Random mix

Tina Schlieske is back in town to spend the holidays with her family -- or at least with her musical family. Her fun-loving cover band Lola & the Red Hots is offering its "sometimes annual" Christmas blowout Saturday night at the Cabooze (9 p.m., $10). ... Who doesn't have a holidays show these days? Even Yer Cronies, one of my favorite new bands of the year, are doing a yuletide gig Saturday in the Entry with one of the busiest bands of the year, A Night in the Box (9 p.m., $6). ...

Stasiu's Place will have eight bands plus comedians and DJs at its "Nightmare Before Christmas" party Tuesday (9 p.m., $5). Players include the Seawhores, Ouija Radio, Central Division Champs, the Busa and Nashville's Hans Condor. ...

Trailer Trash fans got their annual tour of the neighborhood around Lee's Liquor Lounge last weekend, looking for a parking spot for the country band's third-to-last "Trashy Little X-Mas" gig for the year. It was worth it, if only to hear "I Shopped Everywhere," the redux of Hank Snow's/Johnny Cash's "I've Been Everywhere" ("I've been to Ridgedale, Southdale, Rosedale ..."). The guys have wisely added a Friday gig tonight to go along with its usual Saturday spot (9 p.m., $15). They go back to their first-Friday-of-the-month Lee's shows starting Jan. 2. Oh, and look for a large free lot just south of Lee's on Currie Avenue. ...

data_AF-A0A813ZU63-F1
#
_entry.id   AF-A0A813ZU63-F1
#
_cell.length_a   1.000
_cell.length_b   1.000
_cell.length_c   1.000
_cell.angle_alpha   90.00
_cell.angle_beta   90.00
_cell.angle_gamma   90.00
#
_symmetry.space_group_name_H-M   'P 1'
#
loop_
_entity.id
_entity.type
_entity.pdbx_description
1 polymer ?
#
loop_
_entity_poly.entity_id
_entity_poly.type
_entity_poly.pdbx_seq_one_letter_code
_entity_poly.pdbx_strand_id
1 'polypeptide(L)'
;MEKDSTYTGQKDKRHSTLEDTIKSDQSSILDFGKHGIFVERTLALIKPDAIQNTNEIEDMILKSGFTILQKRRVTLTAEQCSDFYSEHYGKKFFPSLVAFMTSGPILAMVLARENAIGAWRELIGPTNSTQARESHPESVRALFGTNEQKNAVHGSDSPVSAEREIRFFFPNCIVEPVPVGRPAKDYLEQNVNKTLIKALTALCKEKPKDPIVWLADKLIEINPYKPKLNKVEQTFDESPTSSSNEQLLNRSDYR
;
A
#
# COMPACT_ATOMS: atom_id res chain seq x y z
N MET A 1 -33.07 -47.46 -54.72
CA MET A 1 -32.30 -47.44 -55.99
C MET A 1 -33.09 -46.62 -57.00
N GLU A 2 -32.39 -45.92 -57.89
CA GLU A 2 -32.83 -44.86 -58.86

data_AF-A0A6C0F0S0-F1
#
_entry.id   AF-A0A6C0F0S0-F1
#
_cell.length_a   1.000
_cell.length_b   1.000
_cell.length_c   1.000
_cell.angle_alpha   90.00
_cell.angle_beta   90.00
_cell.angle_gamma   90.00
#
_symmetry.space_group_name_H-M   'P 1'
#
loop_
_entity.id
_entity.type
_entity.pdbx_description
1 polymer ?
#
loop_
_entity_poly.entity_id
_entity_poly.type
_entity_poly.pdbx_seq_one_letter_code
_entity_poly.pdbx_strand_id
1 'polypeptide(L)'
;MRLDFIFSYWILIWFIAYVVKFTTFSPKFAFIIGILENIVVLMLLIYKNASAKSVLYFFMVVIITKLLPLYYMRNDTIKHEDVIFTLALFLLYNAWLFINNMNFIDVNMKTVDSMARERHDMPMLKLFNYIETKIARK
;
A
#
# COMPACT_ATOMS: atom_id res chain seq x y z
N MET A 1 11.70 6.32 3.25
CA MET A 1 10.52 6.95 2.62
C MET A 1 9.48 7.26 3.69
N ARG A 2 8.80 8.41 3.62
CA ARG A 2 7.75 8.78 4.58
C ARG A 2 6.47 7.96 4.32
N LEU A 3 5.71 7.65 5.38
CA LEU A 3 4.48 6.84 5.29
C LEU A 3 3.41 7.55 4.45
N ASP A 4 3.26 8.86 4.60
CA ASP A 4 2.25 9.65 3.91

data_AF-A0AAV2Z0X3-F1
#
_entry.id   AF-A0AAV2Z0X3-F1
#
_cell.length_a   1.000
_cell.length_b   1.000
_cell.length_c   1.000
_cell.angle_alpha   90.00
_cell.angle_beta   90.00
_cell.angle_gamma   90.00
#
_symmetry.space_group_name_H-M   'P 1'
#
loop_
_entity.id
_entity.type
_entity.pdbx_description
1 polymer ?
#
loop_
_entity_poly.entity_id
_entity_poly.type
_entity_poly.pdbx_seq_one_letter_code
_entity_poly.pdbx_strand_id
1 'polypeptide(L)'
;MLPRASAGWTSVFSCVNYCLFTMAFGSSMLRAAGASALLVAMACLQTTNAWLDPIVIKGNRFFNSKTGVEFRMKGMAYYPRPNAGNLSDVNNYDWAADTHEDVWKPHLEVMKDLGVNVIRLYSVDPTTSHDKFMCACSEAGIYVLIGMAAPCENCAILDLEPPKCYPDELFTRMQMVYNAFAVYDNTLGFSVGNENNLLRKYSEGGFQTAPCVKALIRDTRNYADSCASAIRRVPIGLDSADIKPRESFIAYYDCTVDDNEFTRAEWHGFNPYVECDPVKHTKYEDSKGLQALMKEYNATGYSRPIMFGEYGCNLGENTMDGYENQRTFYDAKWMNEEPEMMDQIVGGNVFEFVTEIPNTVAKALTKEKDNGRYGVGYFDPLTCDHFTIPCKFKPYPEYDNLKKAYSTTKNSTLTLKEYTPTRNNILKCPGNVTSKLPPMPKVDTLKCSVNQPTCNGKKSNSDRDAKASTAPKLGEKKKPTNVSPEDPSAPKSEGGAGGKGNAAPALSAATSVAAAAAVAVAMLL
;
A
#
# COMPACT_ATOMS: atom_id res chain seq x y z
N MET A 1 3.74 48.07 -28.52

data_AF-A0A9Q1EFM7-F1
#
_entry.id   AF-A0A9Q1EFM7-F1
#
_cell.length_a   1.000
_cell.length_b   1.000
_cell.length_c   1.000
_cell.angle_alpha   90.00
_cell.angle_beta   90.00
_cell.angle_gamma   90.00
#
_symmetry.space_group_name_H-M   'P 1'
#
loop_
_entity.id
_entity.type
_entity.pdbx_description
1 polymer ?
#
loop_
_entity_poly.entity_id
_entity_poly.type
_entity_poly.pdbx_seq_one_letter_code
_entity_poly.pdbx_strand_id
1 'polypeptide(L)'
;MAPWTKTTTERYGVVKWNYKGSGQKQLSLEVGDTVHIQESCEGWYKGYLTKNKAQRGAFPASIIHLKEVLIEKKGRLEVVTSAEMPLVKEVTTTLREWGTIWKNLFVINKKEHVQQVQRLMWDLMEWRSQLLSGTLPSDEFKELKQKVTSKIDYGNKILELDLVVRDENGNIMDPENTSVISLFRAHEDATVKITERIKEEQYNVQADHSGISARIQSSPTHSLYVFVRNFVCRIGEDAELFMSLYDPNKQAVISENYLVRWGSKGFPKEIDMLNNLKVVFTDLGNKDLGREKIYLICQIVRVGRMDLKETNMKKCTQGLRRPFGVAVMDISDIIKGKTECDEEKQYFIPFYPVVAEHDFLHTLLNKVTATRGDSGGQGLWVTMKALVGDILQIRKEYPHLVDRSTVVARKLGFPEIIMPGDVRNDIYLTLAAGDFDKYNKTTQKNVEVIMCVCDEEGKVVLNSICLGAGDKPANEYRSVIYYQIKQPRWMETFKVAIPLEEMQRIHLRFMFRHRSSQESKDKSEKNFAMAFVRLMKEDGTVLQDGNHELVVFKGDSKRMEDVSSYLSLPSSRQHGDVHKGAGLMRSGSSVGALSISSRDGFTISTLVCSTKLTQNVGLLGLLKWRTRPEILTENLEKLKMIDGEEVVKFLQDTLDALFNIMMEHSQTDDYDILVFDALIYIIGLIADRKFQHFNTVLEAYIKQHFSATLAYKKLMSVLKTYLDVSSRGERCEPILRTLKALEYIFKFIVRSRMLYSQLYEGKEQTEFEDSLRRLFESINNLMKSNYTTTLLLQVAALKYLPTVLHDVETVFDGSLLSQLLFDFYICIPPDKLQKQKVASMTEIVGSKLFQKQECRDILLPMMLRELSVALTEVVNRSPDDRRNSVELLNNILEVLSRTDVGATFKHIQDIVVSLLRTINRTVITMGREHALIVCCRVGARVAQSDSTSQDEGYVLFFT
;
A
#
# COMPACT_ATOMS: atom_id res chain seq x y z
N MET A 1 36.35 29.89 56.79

With frontman Chris Kalgren now more or less the only full-time member, This World Fair reissued its eponymous debut album Tuesday after the original label behind it, an EMI subsidiary, folded. Kalgren is forming a new lineup of the poppy rock band and will resume playing next year. ... Noisy punk band Dying Midwestern is coming back from the dead for a reunion show Tuesday at the Triple Rock (10 p.m., $5). ...

Here's a holiday gig truly in the spirit of the times: Rappers Omaur Bliss and St. Paul Slim are heading up the so-called Hard Times Ball the day after Christmas at the Kitty Cat Klub. The cover charge will be $1, and Pabst Blue Ribbon is a sponsor. Merry hangover.

chrisr@startribune.com • 612-673-4658

  • related content

  • Audio: The Hopefuls - 'Edge of Medicine'

    Thursday December 18, 2008

  • Audio: The Hopefuls - 'Stacey'

    Thursday December 18, 2008

  • THE HOPEFULS CD PARTY

    With: Chris Koza and One for the Team.

    When: 7 p.m. Sat.

    Where: First Avenue, 701 1st Av. N., Mpls.

    Tickets: $8-$10. 18 & older. 612-338-8388.

    HEAR SAMPLES FROM THE CD AT startribune.com/music.